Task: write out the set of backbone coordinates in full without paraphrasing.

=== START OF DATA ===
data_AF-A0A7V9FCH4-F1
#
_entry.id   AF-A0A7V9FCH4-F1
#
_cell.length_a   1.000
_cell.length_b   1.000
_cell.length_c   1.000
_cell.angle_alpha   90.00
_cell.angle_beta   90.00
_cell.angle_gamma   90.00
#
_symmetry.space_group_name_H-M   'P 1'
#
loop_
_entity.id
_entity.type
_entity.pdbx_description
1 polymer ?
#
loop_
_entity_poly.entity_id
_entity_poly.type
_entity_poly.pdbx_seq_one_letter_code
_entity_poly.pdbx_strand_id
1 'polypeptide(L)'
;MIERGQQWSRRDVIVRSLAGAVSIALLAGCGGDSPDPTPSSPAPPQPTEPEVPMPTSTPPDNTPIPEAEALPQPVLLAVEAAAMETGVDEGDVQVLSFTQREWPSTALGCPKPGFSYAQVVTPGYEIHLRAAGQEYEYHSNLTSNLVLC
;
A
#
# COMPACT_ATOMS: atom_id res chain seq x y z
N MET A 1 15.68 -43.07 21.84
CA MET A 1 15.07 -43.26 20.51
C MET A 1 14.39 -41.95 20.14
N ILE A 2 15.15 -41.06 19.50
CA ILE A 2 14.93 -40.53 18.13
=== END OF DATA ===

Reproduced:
data_AF-A0A7V9FCH4-F1
#
_entry.id   AF-A0A7V9FCH4-F1
#
_cell.length_a   1.000
_cell.length_b   1.000
_cell.length_c   1.000
_cell.angle_alpha   90.00
_cell.angle_beta   90.00
_cell.angle_gamma   90.00
#
_symmetry.space_group_name_H-M   'P 1'
#
loop_
_entity.id
_entity.type
_entity.pdbx_description
1 polymer ?
#
loop_
_entity_poly.entity_id
_entity_poly.type
_entity_poly.pdbx_seq_one_letter_code
_entity_poly.pdbx_strand_id
1 'polypeptide(L)'
;MIERGQQWSRRDVIVRSLAGAVSIALLAGCGGDSPDPTPSSPAPPQPTEPEVPMPTSTPPDNTPIPEAEALPQPVLLAVEAAAMETGVDEGDVQVLSFTQREWPSTALGCPKPGFSYAQVVTPGYEIHLRAAGQEYEYHSNLTSNLVLC
;
A
#
# COMPACT_ATOMS: atom_id res chain seq x y z
N MET A 1 15.68 -43.07 21.84
CA MET A 1 15.07 -43.26 20.51
C MET A 1 14.39 -41.95 20.14
N ILE A 2 15.15 -41.06 19.50
CA ILE A 2 14.93 -40.53 18.13